Set Table Mise En Place

June 7, 2020 O'Connor Family Law Newsletter

The Best Laid Plans of Knives and Spoons.

This month, we’re talking about the French concept of “mise en place,” (literally translated to “put in place”). It’s the art of preparation and building a flow of work for our kitchen space that is adjustable to how much or how little we’re cooking.

The main idea is to be forward-thinking and to structure your approach to cooking; to build efficiency into the process and eliminate surprises. Like anything else in life, when we are prepared, we perform better. A good prep will not only save you time, it makes cleanup easier and gives you more consistent results with your cooking. Note that by taking the time to plan your meals and grocery shopping as we discussed in our first edition, you’ve already started the process of mise en place.

Step 1: Read the recipe. Read it from start to finish and take some mental (or written) notes about it. What ingredients are needed? Noting this now will prevent an “oh crap” moment later when you’re on step 5 and realize you don’t have enough of something. Pay close attention to the language used. How quickly should something be done? Are you supposed to mix or incorporate ingredients? Does part of the recipe freak you out or isn’t recognizable? Reading the recipe will take all the surprises out of cooking.

Step 2: Gather everything you need. Take this opportunity to check your ingredients – do you have enough of something? Can you make a substitute? Is anything spoiled? Are the tools and dishes you need washed? Do you need an ingredient with a special condition (like room temperature butter)?

Step 3: Prepare and organize your ingredients. Go back through the recipe and prepare anything that can be prepared ahead of time. If you need to chop some vegetables, dice them up now (remember to check out last month’s edition for knife handling tips). This is pretty straightforward, so here’s some quick tips to stay organized:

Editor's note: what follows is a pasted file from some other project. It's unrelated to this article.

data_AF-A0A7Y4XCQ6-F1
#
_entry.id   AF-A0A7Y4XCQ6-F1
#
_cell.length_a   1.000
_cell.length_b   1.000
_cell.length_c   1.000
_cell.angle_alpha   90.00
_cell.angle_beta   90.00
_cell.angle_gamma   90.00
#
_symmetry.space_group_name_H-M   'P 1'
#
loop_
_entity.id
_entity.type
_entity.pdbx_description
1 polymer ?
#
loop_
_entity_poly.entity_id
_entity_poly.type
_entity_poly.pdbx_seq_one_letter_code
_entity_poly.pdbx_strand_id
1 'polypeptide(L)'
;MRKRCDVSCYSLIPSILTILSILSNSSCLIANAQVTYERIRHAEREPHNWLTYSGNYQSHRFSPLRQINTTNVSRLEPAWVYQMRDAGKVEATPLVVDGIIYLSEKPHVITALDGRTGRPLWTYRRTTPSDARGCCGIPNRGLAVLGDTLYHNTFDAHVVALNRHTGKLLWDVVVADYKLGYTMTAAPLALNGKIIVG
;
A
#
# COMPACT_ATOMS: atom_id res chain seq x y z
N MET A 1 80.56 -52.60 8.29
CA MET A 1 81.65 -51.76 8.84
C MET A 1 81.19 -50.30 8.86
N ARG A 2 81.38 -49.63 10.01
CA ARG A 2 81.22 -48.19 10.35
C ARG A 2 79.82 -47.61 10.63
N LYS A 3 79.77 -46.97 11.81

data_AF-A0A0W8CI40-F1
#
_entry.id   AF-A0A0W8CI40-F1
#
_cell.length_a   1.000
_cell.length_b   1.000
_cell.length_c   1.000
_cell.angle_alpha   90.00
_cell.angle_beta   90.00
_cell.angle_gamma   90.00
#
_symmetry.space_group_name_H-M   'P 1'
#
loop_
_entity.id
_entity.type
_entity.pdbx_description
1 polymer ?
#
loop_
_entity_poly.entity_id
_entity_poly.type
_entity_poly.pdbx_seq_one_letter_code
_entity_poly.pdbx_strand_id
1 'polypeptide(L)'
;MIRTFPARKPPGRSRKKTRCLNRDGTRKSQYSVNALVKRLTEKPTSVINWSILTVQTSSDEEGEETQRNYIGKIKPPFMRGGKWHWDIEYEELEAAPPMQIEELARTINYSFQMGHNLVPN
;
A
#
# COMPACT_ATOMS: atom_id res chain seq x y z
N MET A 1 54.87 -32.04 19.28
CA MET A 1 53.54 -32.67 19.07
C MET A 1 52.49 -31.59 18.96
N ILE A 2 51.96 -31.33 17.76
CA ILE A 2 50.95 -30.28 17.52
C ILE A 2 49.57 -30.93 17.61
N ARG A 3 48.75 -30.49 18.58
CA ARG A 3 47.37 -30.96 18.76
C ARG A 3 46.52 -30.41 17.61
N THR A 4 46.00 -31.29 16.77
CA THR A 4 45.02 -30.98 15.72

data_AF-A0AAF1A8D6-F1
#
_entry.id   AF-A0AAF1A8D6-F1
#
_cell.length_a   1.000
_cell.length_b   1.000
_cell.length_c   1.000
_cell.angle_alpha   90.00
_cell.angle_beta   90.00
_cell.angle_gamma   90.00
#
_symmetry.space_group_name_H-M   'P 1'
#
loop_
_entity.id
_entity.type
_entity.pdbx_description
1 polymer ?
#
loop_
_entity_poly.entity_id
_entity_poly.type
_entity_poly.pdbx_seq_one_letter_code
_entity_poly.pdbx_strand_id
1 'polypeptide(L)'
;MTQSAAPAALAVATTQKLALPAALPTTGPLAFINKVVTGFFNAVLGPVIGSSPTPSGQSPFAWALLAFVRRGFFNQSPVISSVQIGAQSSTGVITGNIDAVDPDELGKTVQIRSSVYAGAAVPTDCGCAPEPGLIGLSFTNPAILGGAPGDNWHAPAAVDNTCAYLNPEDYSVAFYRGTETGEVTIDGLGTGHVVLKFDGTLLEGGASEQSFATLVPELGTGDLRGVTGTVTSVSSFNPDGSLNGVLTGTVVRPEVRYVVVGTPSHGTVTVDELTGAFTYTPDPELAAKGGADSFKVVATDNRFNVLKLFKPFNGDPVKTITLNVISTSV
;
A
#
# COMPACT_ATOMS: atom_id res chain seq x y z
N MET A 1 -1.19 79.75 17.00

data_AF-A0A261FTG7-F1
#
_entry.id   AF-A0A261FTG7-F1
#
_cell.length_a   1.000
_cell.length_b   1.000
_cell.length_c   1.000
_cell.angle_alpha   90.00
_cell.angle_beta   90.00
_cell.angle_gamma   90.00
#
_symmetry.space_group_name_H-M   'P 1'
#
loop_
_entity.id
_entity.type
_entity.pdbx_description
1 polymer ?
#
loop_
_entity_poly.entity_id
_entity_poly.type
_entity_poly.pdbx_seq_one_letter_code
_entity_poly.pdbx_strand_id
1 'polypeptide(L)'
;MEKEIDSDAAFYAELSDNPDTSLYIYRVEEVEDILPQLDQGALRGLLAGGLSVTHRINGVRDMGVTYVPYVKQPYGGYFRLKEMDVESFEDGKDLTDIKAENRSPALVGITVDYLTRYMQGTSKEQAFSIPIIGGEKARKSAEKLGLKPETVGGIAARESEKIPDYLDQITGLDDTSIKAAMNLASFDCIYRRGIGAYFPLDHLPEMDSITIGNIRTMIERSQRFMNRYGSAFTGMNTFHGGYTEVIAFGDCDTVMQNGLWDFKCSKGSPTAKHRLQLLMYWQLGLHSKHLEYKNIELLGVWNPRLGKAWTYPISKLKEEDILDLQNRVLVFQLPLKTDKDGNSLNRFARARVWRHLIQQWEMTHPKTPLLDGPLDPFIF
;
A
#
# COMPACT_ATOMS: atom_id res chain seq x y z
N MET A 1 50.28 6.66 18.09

• Make sure you have different size containers to fit your needs. Most herbs and spices will probably fit in a pinch bowl (2 oz bowl) while you’ll need something larger if you’re chopping a head of cabbage. I recommend using a storage container set like the ones sold by Rubbermaid or Tupperware. They have various sizes and once you’ve used it, they easily stack out of the way to clear space.
  • If your kitchen space is limited, it can be helpful to arrange your prep containers on a large baking sheet. This makes your entire prep station portable and most baking sheets can be laid out over your sink for some extra counter space.
  • Think about laying ingredients out in the order you will use them.

Good fundamentals of planning and preparation will elevate your ability from beginner to skilled technician. By practicing your mise en place, you’ll be able to tackle bigger challenges because you’ll have the tools you need to scale out your work flow from this week’s recipe of single batch cookies to hosting a dinner party for 30.